Tiffany Eckerle of Caldwell took the arrival of her 40s and a series of unhappy events as a challenge. She wouldnt get bummed. She would get fit.
Eckerle weighed 357 pounds on Dec. 20. Since joining a fitness studio and a team competing in a weight loss challenge, she has shed 100 pounds and is halfway to her goal. She skinned her knee during a run but kept going, and broke her leg but went to workout class in a boot. Someone gave her the nickname Honey Badger, taken from a video that went viral last year, because honey badgers dont quit, they do what they want, she said.
Eckerle was one member of a group of 16 Canyon County residents who bucked the national obesity epidemic this year by losing weight. She and her teammates were led by trainers at Nampa Fit Studio.
Obesity is tied to expensive and life-altering in some cases life-ending conditions such as diabetes, heart disease, high blood pressure and cancer.
A recent study by the Robert Wood Johnson Foundation and the Trust for Americas Health warned that Idaho is on track to nearly double its obesity rate by 2030 and recommended that Idahoans cut their body mass index by 5 percent. Most experts agree that health and fitness are about more than body mass index, though. Thin doesnt always mean healthy, and BMI doesnt account for the many human variations.
Statistically, Idahos weight problem isnt as bad as the nations. Still, more than one-fourth of Idahoans were obese last year, based on BMI of 30 or higher, according to the Centers for Disease Control and Prevention. More than one-third of U.S. adults are obese, the CDC says.
But heres where Idaho shines, according to the CDC:
Were much more active than the country as a whole. That applies to both adults and children in upper grades, and is true across much of the Intermountain West and Northwest, which benefit from the popularity of outdoor activities.
Idahoans have more access to healthy food in retail stores than the U.S. average.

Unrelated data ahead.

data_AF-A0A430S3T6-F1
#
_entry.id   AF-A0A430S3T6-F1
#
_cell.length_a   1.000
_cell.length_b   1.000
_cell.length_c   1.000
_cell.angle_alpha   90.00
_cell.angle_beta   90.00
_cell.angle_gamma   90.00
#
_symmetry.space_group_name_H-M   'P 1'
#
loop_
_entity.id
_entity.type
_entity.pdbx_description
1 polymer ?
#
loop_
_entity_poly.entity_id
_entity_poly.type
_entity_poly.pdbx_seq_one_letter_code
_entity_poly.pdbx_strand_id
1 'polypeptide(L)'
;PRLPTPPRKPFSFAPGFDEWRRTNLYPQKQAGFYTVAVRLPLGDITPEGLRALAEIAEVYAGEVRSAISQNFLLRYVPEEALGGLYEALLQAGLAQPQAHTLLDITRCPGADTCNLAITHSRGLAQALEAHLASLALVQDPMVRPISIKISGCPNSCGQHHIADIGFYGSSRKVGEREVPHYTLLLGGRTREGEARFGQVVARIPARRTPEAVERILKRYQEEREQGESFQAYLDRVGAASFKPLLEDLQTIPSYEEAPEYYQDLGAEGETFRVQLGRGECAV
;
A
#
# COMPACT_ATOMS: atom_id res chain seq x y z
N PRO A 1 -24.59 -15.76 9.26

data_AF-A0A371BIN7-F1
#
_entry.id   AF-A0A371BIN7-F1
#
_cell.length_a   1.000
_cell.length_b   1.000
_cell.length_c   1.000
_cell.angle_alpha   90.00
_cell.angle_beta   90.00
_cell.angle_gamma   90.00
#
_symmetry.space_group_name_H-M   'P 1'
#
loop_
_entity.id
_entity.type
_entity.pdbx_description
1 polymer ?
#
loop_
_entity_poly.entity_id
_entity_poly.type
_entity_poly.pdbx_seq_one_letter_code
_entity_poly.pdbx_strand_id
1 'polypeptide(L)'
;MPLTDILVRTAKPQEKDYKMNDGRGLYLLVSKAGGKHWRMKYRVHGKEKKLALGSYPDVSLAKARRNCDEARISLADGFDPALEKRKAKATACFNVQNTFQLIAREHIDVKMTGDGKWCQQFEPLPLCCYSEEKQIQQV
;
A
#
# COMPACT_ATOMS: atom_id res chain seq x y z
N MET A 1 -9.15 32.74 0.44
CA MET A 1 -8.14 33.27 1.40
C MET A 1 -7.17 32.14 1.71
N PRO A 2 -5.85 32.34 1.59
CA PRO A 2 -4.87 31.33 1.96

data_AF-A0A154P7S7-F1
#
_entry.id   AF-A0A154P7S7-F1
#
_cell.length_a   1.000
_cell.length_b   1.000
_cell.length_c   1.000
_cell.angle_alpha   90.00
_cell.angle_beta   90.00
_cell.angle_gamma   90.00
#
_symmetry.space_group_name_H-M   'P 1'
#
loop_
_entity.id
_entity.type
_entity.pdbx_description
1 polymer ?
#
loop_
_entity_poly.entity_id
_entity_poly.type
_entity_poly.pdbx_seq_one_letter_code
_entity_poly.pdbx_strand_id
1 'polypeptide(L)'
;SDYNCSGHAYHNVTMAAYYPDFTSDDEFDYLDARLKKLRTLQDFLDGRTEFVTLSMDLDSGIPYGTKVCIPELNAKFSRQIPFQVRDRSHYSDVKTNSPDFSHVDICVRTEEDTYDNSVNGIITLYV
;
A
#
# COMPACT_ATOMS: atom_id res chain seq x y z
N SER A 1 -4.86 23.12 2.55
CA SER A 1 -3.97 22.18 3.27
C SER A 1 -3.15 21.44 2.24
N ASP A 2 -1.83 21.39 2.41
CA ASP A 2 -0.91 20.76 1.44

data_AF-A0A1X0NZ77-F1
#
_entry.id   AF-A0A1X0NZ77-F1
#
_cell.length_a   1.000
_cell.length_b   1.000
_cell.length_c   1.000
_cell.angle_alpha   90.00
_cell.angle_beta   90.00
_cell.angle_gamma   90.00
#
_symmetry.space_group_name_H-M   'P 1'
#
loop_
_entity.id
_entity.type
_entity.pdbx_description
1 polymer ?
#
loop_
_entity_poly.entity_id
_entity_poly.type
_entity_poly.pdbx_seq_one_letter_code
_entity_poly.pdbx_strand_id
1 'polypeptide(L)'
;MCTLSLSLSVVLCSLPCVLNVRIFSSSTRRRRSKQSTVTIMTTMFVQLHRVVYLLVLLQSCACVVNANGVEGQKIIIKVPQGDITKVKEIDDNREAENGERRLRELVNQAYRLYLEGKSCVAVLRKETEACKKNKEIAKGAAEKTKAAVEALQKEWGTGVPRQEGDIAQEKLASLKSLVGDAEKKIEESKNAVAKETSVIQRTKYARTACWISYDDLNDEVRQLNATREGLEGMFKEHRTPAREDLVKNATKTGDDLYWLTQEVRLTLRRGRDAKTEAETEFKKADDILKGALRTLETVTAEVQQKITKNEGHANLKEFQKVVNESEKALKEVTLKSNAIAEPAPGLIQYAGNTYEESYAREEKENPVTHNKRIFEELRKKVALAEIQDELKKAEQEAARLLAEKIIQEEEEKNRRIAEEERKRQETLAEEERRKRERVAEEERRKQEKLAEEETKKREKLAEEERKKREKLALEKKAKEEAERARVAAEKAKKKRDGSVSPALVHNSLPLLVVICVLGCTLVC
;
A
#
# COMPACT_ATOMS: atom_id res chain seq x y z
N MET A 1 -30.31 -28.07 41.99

Idaho high school students drink less soda, watch less television and eat meals with family more often than their U.S. counterparts.
There is plenty of room for improvement, though. About 9.2 percent of Idaho students were obese last year, according to state data. And 10 to 15 percent of low-income preschool Idahoans are obese, according to the CDC.
We continue to trend upward for childhood and adult obesity, said Sue Linja, former president of the Idaho Academy of Nutrition and Dietetics and owner of S&S Nutrition Network in Boise. Kids are moving less, and theres such access to foods that are unhealthy and fast and easy.
Linja is encouraged by what she says is Idahos ahead-of-the-curve approach to school lunches. Some Idaho schools fill cafeteria trays with several local foods in a day, she said, offering as examples Idaho trout, tortillas and tomatoes. Less transit time and packaging means fresher foods that still have nutritional integrity, she said.
I believe the best way to focus energies is to focus on prevention of obesity, she said.
That means getting kids active during recess if they dont have a gym class, encouraging adults to hop on bikes instead of driving, and making sure walking paths are safe and accessible.
Kim Rose, owner of the Nampa fitness studio that Eckerle attends, said a vital element in losing weight is acknowledging obesity.
Most of the people I started with were 300 or 400 pounds, she said. That was something I focused on with the team. You have to say it out loud, you have to accept that.
The weight loss has given Eckerle a new outlook. She started school and expects to re-enter the workforce after almost 10 years. Shes no longer diabetic and isnt battling severe asthma anymore.
Eckerle hopes shes setting a positive example for her two children including a daughter who is diabetic.
Its all because of one little change I made in December, to take control of my life and get healthy, she said.
Audrey Dutton: 377-6448, Twitter: @IDS_Audrey